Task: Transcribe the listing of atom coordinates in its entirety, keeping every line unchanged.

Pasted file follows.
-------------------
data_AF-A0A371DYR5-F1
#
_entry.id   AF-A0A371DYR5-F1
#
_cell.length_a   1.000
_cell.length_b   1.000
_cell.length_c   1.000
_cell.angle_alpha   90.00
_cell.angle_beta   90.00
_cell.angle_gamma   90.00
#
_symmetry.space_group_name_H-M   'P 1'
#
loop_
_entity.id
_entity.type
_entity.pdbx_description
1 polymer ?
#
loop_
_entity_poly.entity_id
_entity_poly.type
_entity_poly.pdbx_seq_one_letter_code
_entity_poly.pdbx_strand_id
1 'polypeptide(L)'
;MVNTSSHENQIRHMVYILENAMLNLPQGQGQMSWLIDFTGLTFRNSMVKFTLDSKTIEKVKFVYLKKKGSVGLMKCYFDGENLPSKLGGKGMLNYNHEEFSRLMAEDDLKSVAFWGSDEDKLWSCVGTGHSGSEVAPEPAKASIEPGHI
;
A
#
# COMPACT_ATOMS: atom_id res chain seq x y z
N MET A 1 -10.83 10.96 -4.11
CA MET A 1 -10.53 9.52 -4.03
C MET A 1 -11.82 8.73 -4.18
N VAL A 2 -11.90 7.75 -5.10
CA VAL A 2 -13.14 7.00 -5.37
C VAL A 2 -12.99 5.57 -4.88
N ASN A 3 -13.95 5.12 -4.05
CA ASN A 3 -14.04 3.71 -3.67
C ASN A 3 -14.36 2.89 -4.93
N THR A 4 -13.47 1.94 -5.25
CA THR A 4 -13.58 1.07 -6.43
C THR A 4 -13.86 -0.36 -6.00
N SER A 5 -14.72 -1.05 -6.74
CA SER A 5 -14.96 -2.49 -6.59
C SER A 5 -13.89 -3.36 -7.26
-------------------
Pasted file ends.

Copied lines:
data_AF-A0A371DYR5-F1
#
_entry.id   AF-A0A371DYR5-F1
#
_cell.length_a   1.000
_cell.length_b   1.000
_cell.length_c   1.000
_cell.angle_alpha   90.00
_cell.angle_beta   90.00
_cell.angle_gamma   90.00
#
_symmetry.space_group_name_H-M   'P 1'
#
loop_
_entity.id
_entity.type
_entity.pdbx_description
1 polymer ?
#
loop_
_entity_poly.entity_id
_entity_poly.type
_entity_poly.pdbx_seq_one_letter_code
_entity_poly.pdbx_strand_id
1 'polypeptide(L)'
;MVNTSSHENQIRHMVYILENAMLNLPQGQGQMSWLIDFTGLTFRNSMVKFTLDSKTIEKVKFVYLKKKGSVGLMKCYFDGENLPSKLGGKGMLNYNHEEFSRLMAEDDLKSVAFWGSDEDKLWSCVGTGHSGSEVAPEPAKASIEPGHI
;
A
#
# COMPACT_ATOMS: atom_id res chain seq x y z
N MET A 1 -10.83 10.96 -4.11
CA MET A 1 -10.53 9.52 -4.03
C MET A 1 -11.82 8.73 -4.18
N VAL A 2 -11.90 7.75 -5.10
CA VAL A 2 -13.14 7.00 -5.37
C VAL A 2 -12.99 5.57 -4.88
N ASN A 3 -13.95 5.12 -4.05
CA ASN A 3 -14.04 3.71 -3.67
C ASN A 3 -14.36 2.89 -4.93
N THR A 4 -13.47 1.94 -5.25
CA THR A 4 -13.58 1.07 -6.43
C THR A 4 -13.86 -0.36 -6.00
N SER A 5 -14.72 -1.05 -6.74
CA SER A 5 -14.96 -2.49 -6.59
C SER A 5 -13.89 -3.36 -7.26